Thursday, September 13, 2012

When weekend reporter duties are fun

During my eight months of working at the Faribault Daily News, one of the duties I've come to look forward to is that of being the weekend reporter.

As you can probably guess, it was a
good idea to wear swim trunks
while taking photos of this.
Because we're a relatively small daily paper, the task of weekend reporting rotates around the news room from week to week, with my turn coming about every six weeks. When that happens, my jobs is typically to cover some sort of live event on Saturday, write a story for Sunday's paper and be prepared for any spot news that might come up.

Most of my co workers approach weekend reporter duties with the same enthusiasm one would have with doing their taxes. So very little, if at all.

It's not that they hate the work (that wouldn't bode well for the career choice). It's more so because it involves having to do that work on a day where they'd rather be relaxing away from the office. After a hard week of work, it's nice to enjoy some R&R for the weekend.

While I agree with that mindset, it doesn't stop me from anxiously scanning the daily budgets to see what my assignment will be when my turn comes up for weekend reporter. Even if it's something as mundane as taking weather photos for unseasonably warm temperatures -- yes, that actually happened once -- I usually get pretty excited about it.

As a copy editor and page designer, my job is mostly confined to the office. I get the stories from reporters, I place them on the page and I try to make the newspaper look as appealing (and error free) as possible. It's enjoyable work because I get to utilize my creativity and knack for design, but it gets to be a little monotonous at times.

Weekend reporter assignments represent a break from that monotony. Instead of being cooped up in the office, it gets me out "in the field" and gives me a chance to work on skills -- writing, photography, interviewing, etc. -- that normally don't get a lot of practice. I went to college for print journalism with the intent of being a writer and though I think I made the right career choice, I still miss writing on a regular basis (as the 200+ entries on this blog would indicate).

Most of the reporter assignments are relatively forgettable. However, every once in awhile you get to cover something that's pretty cool. Last Saturday was a perfect example of that, as my editor Jaci Smith sent me to report on a group of kayakers known as the River Ramblers who were doing a paddle down the Cannon River from Faribault to Dundas.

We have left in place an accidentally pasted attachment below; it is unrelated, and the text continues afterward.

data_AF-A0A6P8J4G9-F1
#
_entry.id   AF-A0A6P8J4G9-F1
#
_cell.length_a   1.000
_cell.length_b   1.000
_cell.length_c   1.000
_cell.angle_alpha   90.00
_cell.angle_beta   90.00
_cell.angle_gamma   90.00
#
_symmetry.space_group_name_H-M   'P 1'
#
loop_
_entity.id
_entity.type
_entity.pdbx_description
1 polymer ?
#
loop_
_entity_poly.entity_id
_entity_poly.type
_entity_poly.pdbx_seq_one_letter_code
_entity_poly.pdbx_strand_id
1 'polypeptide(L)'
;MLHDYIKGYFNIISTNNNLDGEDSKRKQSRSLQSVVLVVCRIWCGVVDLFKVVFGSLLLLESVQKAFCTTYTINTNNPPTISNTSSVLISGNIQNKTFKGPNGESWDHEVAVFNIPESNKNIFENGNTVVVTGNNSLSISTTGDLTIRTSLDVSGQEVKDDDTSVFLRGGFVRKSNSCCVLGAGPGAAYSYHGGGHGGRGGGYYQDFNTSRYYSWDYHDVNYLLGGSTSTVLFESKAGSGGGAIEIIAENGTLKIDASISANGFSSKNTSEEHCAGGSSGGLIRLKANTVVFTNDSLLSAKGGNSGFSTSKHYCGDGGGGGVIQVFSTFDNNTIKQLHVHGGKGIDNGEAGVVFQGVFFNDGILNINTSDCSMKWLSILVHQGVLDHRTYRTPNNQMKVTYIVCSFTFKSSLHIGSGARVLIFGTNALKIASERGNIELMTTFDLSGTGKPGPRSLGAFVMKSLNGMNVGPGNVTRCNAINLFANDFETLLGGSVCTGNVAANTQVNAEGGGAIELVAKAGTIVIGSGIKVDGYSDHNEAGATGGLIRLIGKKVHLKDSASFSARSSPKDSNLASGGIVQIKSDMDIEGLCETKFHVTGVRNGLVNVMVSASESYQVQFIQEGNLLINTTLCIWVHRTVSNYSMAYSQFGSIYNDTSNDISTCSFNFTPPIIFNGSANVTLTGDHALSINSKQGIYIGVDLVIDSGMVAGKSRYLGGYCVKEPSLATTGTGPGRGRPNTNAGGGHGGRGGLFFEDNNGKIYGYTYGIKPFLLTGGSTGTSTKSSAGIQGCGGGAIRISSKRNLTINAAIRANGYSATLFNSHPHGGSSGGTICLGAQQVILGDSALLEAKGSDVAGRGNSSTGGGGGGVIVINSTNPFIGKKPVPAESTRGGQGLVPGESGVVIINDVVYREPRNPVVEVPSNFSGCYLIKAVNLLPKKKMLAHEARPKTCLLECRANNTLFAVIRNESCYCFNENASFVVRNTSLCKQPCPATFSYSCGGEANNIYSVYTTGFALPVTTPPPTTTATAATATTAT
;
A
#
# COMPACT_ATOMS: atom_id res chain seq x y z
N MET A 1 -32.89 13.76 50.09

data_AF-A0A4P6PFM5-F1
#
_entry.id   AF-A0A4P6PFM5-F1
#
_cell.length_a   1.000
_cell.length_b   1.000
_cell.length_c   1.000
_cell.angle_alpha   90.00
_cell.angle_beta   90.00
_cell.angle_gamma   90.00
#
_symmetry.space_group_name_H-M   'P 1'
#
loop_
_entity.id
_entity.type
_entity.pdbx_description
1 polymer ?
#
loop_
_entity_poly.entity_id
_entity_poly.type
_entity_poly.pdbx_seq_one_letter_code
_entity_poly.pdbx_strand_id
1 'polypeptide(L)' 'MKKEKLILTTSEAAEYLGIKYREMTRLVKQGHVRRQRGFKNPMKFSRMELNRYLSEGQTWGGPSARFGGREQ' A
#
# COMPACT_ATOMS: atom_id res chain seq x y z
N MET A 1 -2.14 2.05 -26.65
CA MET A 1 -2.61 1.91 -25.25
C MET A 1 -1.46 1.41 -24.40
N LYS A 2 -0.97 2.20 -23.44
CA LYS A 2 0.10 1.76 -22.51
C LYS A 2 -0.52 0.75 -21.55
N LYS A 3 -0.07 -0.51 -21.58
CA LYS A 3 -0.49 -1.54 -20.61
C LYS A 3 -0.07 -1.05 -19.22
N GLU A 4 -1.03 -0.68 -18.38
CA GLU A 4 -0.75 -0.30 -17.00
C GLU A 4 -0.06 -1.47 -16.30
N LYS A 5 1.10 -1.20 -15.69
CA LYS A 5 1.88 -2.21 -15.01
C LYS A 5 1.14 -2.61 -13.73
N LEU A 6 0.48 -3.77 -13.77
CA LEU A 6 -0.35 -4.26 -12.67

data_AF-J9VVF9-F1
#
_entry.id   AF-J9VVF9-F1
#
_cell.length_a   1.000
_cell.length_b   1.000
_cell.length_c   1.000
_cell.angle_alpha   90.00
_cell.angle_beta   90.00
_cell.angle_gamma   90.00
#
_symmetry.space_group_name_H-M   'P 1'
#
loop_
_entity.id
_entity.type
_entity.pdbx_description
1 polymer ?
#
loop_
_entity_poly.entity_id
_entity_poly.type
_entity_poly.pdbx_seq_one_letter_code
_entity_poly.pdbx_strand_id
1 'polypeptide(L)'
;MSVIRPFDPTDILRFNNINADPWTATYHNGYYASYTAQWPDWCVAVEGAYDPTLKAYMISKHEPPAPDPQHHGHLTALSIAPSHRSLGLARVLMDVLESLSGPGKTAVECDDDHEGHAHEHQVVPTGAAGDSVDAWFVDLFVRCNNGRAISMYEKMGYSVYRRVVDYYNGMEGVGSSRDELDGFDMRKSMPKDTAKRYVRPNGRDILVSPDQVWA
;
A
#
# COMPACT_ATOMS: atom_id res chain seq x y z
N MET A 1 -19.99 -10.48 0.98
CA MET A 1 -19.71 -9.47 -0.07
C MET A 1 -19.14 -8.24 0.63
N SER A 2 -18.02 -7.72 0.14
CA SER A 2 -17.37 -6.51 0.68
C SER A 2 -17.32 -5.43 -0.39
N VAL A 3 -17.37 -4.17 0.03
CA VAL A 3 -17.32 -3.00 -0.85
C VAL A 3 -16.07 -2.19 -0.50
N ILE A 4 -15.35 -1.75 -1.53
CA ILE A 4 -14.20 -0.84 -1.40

Now, even to the average reporter, kayaking would be a fun thing to cover. Water sports in general are pretty photogenic, plus groups like the River Ramblers are usually more than happy to give a few quotes.

For me though, the event took on an added level of enthusiasm. As mentioned in a previous post, I recently bought a kayak and have been making regular trips to Faribault-area lakes to break in my new toy. It's turned into a multi-faceted activity of sorts for me. I get some fresh air, I do a little exploring, I get a good workout and if I bring my fishing rod with, I can get a few casts in as well. I've always been a fan of kayaking, but owning one has helped take that interest to another level.

The one hindrance so far has been the lack of a second vehicle to make river trips possible. There aren't any established kayaking clubs in Faribault and I don't know anybody in the area who's into the sport, plus I feel it would be rude to ask a coworker or friend to pick me -- and my kayak -- up at the end point of a trip when they didn't get to enjoy the trip themselves.

Kayaking isn't like cycling where you can do long trips by yourself without any assistance. There's a dependency aspect of it you need to adjust to, a difficult task when you're used to being self-reliant like I am. My hope is to do a multi-day trip down the Cannon River this fall, but unless I get to know a few other kayak enthusiasts in the area, it'll be difficult to pull that off.

Getting a chance to interview the River Ramblers was at least a slight step forward in that regard. None of the group members kayaking on Saturday were from the Faribault area (killing my local angle) and the River Ramblers only kayaks the Faribault portion of the Cannon River once a year (their schedule can be seen here). Still, it was nice to meet other enthusiasts of the sport and it gave me further encouragement that a trip down the Cannon River would be both very possible and very scenic (they do a second trip on the river near Welch as well).

The reporting assignment might also be a precursor to future kayak trips. I had to resist the urge to join the River Ramblers on their trip to Dundas on Saturday (I was on the hook for copy editing duties that night as well), but if I have a weekend available in the near future, I will definitely look into doing a trip with them. It solves my transportation dilemma and gives me a chance to explore other rivers, plus it makes kayaking a shared experience, which is always more enjoyable.

So in summary, my weekend reporter duties resulted in a decent story in last Sunday's paper and a possible connection to a group that will help me get more enjoyment out of a new hobby of mine. I call that a fun assignment.


Important note to my coworkers: Please do not perceive this as an open invitation to dump your weekend assignments on me. I enjoy reporting from time to time, but not as much as I enjoy sleeping in on Saturdays.

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